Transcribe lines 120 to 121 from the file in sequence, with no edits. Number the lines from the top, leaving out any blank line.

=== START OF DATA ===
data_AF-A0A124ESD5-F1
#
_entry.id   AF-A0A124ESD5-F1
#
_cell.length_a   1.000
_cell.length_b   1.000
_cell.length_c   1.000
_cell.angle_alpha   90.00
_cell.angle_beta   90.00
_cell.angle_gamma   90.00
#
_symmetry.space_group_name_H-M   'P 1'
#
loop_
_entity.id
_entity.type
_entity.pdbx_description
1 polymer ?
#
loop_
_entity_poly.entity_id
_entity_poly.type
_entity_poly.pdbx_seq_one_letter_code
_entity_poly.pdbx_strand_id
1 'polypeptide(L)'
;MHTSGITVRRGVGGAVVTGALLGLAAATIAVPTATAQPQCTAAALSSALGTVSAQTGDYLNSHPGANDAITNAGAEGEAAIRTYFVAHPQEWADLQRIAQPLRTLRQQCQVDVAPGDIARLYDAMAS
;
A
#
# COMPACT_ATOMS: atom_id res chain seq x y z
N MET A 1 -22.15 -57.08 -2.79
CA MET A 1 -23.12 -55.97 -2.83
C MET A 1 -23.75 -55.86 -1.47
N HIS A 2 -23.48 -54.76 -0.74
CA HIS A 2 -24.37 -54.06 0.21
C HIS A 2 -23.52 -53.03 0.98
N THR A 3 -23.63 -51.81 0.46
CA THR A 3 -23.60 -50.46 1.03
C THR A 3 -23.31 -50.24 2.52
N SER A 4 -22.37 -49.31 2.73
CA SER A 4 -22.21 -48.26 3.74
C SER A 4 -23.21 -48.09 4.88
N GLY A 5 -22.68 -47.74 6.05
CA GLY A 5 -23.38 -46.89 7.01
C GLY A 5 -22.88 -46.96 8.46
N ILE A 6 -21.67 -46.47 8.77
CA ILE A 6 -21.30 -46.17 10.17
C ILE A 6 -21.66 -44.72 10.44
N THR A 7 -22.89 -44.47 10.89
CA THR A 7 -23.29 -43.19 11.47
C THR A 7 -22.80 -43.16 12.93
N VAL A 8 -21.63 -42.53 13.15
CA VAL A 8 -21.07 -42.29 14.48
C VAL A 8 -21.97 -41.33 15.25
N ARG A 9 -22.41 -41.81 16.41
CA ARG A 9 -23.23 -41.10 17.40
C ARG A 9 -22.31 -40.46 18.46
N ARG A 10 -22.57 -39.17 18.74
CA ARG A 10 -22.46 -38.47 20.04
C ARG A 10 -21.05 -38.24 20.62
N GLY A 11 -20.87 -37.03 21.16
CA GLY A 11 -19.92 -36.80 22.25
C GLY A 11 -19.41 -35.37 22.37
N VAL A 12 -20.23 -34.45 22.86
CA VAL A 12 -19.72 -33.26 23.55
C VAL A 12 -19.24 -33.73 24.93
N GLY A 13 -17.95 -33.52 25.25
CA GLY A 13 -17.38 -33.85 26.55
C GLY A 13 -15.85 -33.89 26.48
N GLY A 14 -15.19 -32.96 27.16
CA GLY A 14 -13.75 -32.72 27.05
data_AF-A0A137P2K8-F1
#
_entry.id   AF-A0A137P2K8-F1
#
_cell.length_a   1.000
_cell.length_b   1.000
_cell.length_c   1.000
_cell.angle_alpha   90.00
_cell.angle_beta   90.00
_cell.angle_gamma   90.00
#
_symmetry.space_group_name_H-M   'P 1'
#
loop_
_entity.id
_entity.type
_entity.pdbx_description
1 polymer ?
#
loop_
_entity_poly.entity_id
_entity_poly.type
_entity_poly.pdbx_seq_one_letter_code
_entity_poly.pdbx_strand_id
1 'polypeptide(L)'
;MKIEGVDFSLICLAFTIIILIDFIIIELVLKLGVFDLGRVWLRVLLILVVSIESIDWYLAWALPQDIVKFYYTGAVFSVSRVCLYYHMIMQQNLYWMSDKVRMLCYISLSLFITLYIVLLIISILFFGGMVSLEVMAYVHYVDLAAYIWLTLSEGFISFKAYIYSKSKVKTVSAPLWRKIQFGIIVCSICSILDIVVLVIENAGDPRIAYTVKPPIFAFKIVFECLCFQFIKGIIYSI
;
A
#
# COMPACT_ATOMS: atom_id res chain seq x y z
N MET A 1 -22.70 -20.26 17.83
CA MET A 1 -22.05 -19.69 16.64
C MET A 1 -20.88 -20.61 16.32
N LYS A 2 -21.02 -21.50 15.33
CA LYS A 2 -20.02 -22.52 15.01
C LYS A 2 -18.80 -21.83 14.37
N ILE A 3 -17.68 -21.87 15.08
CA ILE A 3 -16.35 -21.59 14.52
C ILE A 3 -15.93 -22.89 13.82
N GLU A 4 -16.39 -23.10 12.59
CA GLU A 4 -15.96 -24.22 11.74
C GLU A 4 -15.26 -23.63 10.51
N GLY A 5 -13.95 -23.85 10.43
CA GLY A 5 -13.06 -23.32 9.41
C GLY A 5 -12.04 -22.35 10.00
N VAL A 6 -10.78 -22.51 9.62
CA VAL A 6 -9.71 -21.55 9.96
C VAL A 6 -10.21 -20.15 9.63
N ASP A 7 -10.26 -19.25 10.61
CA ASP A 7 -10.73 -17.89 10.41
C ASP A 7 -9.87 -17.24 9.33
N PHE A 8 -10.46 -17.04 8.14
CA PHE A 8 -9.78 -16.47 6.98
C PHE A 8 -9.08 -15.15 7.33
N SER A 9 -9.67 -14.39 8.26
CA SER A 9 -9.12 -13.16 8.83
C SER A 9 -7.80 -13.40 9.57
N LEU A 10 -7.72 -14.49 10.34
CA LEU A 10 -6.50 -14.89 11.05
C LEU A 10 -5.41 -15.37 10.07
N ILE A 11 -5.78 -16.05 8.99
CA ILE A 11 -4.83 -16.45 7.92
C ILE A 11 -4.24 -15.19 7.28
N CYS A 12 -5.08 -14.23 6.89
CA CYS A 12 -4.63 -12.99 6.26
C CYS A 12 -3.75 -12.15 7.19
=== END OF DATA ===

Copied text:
N ASP A 7 -10.26 -19.25 10.61
CA ASP A 7 -10.73 -17.89 10.41